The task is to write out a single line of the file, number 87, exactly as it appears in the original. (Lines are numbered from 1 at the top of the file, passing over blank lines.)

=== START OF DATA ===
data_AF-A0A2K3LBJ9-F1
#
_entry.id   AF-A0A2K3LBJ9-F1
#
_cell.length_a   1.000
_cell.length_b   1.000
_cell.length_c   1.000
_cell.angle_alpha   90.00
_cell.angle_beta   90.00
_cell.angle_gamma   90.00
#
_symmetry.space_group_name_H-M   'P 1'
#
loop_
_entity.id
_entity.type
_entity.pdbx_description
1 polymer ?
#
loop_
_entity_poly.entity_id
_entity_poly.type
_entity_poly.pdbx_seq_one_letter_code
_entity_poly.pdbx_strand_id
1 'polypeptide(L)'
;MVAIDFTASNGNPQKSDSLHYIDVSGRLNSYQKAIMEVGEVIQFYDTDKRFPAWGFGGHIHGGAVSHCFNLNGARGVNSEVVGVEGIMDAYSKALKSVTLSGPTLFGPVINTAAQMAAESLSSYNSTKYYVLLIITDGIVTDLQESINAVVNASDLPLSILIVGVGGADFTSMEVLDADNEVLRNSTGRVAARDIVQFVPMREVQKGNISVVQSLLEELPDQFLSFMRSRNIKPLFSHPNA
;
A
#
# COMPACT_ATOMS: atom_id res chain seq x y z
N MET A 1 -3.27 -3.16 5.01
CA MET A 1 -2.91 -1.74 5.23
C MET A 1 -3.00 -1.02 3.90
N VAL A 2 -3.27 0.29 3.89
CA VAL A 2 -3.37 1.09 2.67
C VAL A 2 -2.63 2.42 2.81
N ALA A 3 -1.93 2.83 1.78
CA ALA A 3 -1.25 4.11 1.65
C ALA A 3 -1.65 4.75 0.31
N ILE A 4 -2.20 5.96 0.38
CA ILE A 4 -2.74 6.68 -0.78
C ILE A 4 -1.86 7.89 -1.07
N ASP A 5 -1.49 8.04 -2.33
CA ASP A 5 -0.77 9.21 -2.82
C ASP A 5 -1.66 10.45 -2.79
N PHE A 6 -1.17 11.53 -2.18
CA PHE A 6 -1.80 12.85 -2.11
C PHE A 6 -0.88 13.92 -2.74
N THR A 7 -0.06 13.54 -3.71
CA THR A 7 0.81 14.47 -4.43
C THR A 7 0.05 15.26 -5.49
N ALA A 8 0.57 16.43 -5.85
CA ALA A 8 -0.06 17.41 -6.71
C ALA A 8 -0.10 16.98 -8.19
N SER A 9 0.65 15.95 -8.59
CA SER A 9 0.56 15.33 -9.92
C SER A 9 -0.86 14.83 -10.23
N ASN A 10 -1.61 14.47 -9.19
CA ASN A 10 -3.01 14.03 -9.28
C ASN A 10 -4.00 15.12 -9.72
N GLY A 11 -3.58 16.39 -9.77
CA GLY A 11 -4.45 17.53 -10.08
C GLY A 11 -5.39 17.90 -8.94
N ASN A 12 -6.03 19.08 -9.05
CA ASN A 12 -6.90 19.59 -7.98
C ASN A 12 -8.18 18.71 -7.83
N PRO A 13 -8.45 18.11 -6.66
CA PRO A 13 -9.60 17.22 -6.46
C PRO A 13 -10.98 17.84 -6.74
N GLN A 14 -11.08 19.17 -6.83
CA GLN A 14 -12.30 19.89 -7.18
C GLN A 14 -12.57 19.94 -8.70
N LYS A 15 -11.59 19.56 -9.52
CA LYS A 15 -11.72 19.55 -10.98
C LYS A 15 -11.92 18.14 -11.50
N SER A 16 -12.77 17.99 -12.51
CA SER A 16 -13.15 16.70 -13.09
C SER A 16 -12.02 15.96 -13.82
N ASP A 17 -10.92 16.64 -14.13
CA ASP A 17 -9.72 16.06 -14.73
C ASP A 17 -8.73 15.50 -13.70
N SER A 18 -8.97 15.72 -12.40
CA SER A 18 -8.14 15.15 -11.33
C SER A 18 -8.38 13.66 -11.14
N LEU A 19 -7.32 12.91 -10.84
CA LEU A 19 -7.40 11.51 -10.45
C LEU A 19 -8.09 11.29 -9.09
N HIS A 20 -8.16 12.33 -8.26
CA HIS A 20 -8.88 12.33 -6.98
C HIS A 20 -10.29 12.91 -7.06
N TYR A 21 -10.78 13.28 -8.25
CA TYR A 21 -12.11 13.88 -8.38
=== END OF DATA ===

C LEU A 19 -8.09 11.29 -9.09